They’re just seeking attention.
My six-year-old son is the only black child at his school. From all reports, he is sweet, well-mannered and has a great sense of humor. However, over the past two years he has been the target of a number of racist comments by a girl in his class, who often says things like “I don’t want to sit by him because he has dark skin” and worse. She says these things in the hearing of their classmates, teachers and other school employees.
Her parents insist they are attempting to teach her to “treat everyone equally and be accepting of all different people.” The adults at school do not address his comments but instead ignore them, insisting that a West Hartford, CT marriage and family therapist by the name of Molly McDonald counseled them to think of her comments as the “equivalent of a tantrum and thus best ignored.”
–At a loss
Dear “At a loss,”
While your child may be undergoing a painful and hellish school experience, not that I might have considered this, won’t you think of the white child? She is extremely beautiful and in addition needs to be taught that she is valuable not only for her good looks but for her talents and abilities. Plus like many other white people, she likes to get cookies for good behavior so her parents are going to reward her any time she behaves like an actual human being. Of course adults cannot be expected to address her behavior in the moment, because everybody knows that swift and immediate consequences are not the way to teach children. Instead, you should display by your actions that racist behavior is completely acceptable. This will have the additional benefit of teaching the other children in the school and encouraging them as well. The child behaving poorly should also receive additional attention so her self-image won’t suffer and so she will learn valuable life lessons. The importance of privilege must be taught to children at an early age.
Here’s the original letter:
My 6-year-old daughter has beautiful blond hair and blue eyes. She gets compliments regularly from people on how pretty she is and basks in the attention. She attends a small private school, and there is a little boy in her class who is black. He is sweet, well-mannered and has a great sense of humor. His parents are lovely people. The problem is that over the last two years my daughter has been making comments about people’s skin, particularly addressed to this little boy. These comments are along the lines of, “I don’t want to sit by him because he has dark skin.” Her teacher and I have sat down to discuss this with her and explain that this behavior is unacceptable to no avail. The other day she watched the beginning of “Love Actually” with me and she commented that the interracial couple shouldn’t be getting married because they don’t look right together.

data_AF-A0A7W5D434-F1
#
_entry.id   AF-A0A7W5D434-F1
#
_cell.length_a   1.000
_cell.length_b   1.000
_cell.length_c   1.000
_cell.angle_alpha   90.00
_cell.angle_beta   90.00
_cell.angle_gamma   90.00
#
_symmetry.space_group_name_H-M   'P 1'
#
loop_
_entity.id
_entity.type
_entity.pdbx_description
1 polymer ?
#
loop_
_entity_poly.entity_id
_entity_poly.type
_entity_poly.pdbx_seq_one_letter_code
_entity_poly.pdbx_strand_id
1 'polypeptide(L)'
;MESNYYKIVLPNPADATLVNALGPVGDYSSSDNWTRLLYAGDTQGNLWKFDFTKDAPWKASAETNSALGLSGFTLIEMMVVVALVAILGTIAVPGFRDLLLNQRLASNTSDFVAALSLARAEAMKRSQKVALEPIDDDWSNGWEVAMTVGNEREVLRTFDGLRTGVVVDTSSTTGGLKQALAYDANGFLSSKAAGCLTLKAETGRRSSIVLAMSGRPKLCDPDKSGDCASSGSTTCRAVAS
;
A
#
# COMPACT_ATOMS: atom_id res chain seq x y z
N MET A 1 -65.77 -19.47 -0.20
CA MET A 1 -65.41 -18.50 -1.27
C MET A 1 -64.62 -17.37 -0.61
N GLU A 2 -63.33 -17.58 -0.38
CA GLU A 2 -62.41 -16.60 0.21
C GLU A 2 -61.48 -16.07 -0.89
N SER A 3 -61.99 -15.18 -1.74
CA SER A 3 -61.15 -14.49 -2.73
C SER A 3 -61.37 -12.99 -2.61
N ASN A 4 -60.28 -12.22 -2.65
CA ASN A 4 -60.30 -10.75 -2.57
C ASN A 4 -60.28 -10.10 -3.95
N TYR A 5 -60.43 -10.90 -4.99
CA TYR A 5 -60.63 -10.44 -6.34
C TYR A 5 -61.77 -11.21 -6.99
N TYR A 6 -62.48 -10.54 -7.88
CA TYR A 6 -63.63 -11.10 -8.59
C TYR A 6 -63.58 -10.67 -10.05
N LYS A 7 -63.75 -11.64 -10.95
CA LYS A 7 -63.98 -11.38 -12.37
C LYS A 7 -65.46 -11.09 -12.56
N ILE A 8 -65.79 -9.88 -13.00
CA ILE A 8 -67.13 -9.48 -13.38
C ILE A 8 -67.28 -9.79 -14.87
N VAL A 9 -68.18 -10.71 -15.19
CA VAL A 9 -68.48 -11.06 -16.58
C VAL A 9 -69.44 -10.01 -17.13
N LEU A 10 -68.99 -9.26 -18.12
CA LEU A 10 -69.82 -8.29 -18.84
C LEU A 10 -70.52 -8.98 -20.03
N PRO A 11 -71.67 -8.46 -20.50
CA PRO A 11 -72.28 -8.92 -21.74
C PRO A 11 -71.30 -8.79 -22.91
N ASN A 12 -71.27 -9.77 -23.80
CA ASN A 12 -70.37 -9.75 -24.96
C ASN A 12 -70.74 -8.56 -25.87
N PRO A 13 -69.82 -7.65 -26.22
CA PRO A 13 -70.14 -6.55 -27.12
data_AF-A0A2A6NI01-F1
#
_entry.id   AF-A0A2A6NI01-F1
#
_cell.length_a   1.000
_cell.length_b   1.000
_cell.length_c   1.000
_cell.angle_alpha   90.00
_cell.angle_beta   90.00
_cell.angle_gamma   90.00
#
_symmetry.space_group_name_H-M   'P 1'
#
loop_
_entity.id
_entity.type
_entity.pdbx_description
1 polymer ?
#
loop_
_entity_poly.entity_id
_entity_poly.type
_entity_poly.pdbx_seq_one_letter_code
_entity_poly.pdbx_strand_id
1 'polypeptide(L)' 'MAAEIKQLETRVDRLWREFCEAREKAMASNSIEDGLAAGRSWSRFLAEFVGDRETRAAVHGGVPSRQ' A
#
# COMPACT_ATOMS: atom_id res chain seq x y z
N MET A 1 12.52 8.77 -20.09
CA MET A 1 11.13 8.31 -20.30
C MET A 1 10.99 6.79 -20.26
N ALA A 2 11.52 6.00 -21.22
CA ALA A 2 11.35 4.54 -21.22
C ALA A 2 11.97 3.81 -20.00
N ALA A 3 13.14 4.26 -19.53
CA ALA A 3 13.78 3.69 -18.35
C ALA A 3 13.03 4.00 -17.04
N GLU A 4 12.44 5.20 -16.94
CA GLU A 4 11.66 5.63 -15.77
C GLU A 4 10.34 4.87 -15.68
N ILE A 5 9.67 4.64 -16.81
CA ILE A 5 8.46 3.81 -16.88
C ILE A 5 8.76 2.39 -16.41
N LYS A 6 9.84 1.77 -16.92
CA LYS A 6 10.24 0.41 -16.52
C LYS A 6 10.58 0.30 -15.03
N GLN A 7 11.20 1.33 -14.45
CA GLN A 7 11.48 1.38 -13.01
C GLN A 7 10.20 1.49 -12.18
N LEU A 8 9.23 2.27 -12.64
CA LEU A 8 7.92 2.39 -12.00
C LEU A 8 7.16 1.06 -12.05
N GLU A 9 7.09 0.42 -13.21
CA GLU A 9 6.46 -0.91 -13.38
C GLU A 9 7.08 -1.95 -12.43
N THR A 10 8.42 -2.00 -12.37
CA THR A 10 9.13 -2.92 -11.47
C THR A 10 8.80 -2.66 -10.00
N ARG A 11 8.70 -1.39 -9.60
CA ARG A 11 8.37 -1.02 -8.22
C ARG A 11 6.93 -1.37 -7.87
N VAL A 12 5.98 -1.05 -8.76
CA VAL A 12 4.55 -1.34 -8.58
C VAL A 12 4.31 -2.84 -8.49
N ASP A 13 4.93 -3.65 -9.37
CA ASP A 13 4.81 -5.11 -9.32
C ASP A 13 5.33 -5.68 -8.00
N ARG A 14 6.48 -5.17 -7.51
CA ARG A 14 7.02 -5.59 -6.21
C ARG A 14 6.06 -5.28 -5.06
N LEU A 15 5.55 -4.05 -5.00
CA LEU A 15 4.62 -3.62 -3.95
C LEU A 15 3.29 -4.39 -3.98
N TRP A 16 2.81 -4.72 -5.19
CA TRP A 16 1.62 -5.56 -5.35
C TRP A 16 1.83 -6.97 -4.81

Obviously my method of teaching her to treat everyone equally and be accepting of all different people is not working. Her school is getting more concerned, although they know I am trying my best to combat it. Do I just hope she grows out of this, or is there something else I can do?
— At a Loss
What a win-win this is for an attention-loving child. Usually she can just show up, and like a quokka, know that there will be oohs and ahs at the pleasure of gazing upon her. But since her classmates and teachers are accustomed to her looks, she may find school less gratifying. Then one day she stumbles upon the realization that if she says something awful about the color of a classmate’s skin, a stunning amount of attention comes her way. Sure it’s of the negative kind. But if you enjoy being the focus of things, you take what you can get.
I spoke to Molly McDonald, a licensed marriage and family therapist in West Hartford, Conn. She says once the original explanation that everyone deserves to be respected didn’t extinguish the behavior, the continuing focus on your daughter’s transgressions became a kind of fuel. McDonald says both you and the teacher need to redirect your own behavior to change your daughter’s. McDonald says to think of her comments as being equivalent to a tantrum and thus best ignored.
For example, when your daughter said the couple in the movie didn’t belong together, you should have either said nothing, or replied nonchalantly, “Oh, I think they look nice,” then refused to discuss it further. You should talk to the teacher about her doing her best to not respond to your daughter’s rude remarks in the moment. But later in the school day she should discuss generally that everyone deserves to be treated with kindness.
McDonald also suggests engaging in role play at home with your daughter. You say you’re going to play a game in which you pretend to be some of the other kids in the class, and she’s going to show you how she acts when she’s playing nicely. Then, playing the black classmate, ask her to sit next to you. If she does, you give her a hug and tell her she’s being a good friend. You tell her how happy you’ll be if you hear from the teacher that when she’s in school she’s being a good friend there. If the teacher does tell you things have improved, give your daughter a reward, such as a small bauble, to reinforce the behavior. McDonald also says it might be worthwhile to check into whether your daughter is getting some of her noxious ideas from someone in her life, possibly a relative.
I’ll add that since you have a daughter who likes the limelight, find productive ways to turn it on her. Praise the funny story she wrote or colorful drawing she made. Teach her to help you make dinner and tell her what a good cook she’s becoming. Let her see that what she accomplishes is more important than how she looks.